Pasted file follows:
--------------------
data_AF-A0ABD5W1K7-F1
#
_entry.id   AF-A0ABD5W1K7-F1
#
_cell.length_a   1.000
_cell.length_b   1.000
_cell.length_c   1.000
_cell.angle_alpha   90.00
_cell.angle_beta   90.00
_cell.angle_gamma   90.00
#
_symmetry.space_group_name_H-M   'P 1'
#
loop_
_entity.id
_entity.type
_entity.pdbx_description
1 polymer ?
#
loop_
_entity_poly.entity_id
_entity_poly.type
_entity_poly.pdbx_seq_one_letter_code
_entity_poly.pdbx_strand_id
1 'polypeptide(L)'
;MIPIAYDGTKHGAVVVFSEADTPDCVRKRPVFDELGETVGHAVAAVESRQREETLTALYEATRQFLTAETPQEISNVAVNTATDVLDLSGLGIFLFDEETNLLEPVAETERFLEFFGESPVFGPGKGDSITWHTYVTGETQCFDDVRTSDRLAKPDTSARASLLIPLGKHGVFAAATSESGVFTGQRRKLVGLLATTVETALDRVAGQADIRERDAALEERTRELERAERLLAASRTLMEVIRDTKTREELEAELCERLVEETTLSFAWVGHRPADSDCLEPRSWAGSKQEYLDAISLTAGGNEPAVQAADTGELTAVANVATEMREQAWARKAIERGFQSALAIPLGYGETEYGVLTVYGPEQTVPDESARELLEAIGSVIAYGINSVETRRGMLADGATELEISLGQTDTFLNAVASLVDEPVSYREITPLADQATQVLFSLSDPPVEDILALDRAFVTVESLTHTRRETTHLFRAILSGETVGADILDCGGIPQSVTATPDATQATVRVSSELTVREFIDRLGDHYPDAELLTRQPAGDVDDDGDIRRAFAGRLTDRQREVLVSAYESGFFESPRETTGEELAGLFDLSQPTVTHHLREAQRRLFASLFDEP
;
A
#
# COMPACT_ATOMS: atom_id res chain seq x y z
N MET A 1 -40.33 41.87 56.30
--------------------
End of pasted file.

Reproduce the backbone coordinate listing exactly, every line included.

data_AF-A0ABD5W1K7-F1
#
_entry.id   AF-A0ABD5W1K7-F1
#
_cell.length_a   1.000
_cell.length_b   1.000
_cell.length_c   1.000
_cell.angle_alpha   90.00
_cell.angle_beta   90.00
_cell.angle_gamma   90.00
#
_symmetry.space_group_name_H-M   'P 1'
#
loop_
_entity.id
_entity.type
_entity.pdbx_description
1 polymer ?
#
loop_
_entity_poly.entity_id
_entity_poly.type
_entity_poly.pdbx_seq_one_letter_code
_entity_poly.pdbx_strand_id
1 'polypeptide(L)'
;MIPIAYDGTKHGAVVVFSEADTPDCVRKRPVFDELGETVGHAVAAVESRQREETLTALYEATRQFLTAETPQEISNVAVNTATDVLDLSGLGIFLFDEETNLLEPVAETERFLEFFGESPVFGPGKGDSITWHTYVTGETQCFDDVRTSDRLAKPDTSARASLLIPLGKHGVFAAATSESGVFTGQRRKLVGLLATTVETALDRVAGQADIRERDAALEERTRELERAERLLAASRTLMEVIRDTKTREELEAELCERLVEETTLSFAWVGHRPADSDCLEPRSWAGSKQEYLDAISLTAGGNEPAVQAADTGELTAVANVATEMREQAWARKAIERGFQSALAIPLGYGETEYGVLTVYGPEQTVPDESARELLEAIGSVIAYGINSVETRRGMLADGATELEISLGQTDTFLNAVASLVDEPVSYREITPLADQATQVLFSLSDPPVEDILALDRAFVTVESLTHTRRETTHLFRAILSGETVGADILDCGGIPQSVTATPDATQATVRVSSELTVREFIDRLGDHYPDAELLTRQPAGDVDDDGDIRRAFAGRLTDRQREVLVSAYESGFFESPRETTGEELAGLFDLSQPTVTHHLREAQRRLFASLFDEP
;
A
#
# COMPACT_ATOMS: atom_id res chain seq x y z
N MET A 1 -40.33 41.87 56.30